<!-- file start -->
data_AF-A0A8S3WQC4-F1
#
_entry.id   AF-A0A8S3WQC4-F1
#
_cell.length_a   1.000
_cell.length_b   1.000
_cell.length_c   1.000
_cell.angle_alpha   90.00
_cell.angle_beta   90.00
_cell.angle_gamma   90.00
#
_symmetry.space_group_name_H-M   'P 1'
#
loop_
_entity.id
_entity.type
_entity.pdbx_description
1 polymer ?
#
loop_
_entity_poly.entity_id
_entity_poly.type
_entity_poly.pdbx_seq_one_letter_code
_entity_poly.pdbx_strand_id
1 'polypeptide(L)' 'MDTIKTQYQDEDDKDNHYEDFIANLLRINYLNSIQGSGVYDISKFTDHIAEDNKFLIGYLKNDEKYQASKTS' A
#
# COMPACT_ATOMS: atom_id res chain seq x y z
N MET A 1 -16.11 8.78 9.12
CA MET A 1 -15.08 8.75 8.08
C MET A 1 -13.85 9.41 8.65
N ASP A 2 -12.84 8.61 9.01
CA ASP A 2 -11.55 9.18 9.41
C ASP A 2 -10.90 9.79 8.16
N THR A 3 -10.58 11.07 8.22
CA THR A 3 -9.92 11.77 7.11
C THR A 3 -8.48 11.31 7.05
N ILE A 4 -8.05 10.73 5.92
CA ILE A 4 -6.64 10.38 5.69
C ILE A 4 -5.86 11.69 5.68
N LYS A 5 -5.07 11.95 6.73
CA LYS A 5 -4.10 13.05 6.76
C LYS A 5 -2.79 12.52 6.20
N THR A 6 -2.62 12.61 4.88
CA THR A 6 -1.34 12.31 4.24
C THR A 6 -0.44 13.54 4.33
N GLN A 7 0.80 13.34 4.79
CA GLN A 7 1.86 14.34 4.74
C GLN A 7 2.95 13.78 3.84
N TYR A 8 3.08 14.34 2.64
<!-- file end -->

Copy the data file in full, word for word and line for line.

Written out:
data_AF-A0A8S3WQC4-F1
#
_entry.id   AF-A0A8S3WQC4-F1
#
_cell.length_a   1.000
_cell.length_b   1.000
_cell.length_c   1.000
_cell.angle_alpha   90.00
_cell.angle_beta   90.00
_cell.angle_gamma   90.00
#
_symmetry.space_group_name_H-M   'P 1'
#
loop_
_entity.id
_entity.type
_entity.pdbx_description
1 polymer ?
#
loop_
_entity_poly.entity_id
_entity_poly.type
_entity_poly.pdbx_seq_one_letter_code
_entity_poly.pdbx_strand_id
1 'polypeptide(L)' 'MDTIKTQYQDEDDKDNHYEDFIANLLRINYLNSIQGSGVYDISKFTDHIAEDNKFLIGYLKNDEKYQASKTS' A
#
# COMPACT_ATOMS: atom_id res chain seq x y z
N MET A 1 -16.11 8.78 9.12
CA MET A 1 -15.08 8.75 8.08
C MET A 1 -13.85 9.41 8.65
N ASP A 2 -12.84 8.61 9.01
CA ASP A 2 -11.55 9.18 9.41
C ASP A 2 -10.90 9.79 8.16
N THR A 3 -10.58 11.07 8.22
CA THR A 3 -9.92 11.77 7.11
C THR A 3 -8.48 11.31 7.05
N ILE A 4 -8.05 10.73 5.92
CA ILE A 4 -6.64 10.38 5.69
C ILE A 4 -5.86 11.69 5.68
N LYS A 5 -5.07 11.95 6.73
CA LYS A 5 -4.10 13.05 6.76
C LYS A 5 -2.79 12.52 6.20
N THR A 6 -2.62 12.61 4.88
CA THR A 6 -1.34 12.31 4.24
C THR A 6 -0.44 13.54 4.33
N GLN A 7 0.80 13.34 4.79
CA GLN A 7 1.86 14.34 4.74
C GLN A 7 2.95 13.78 3.84
N TYR A 8 3.08 14.34 2.64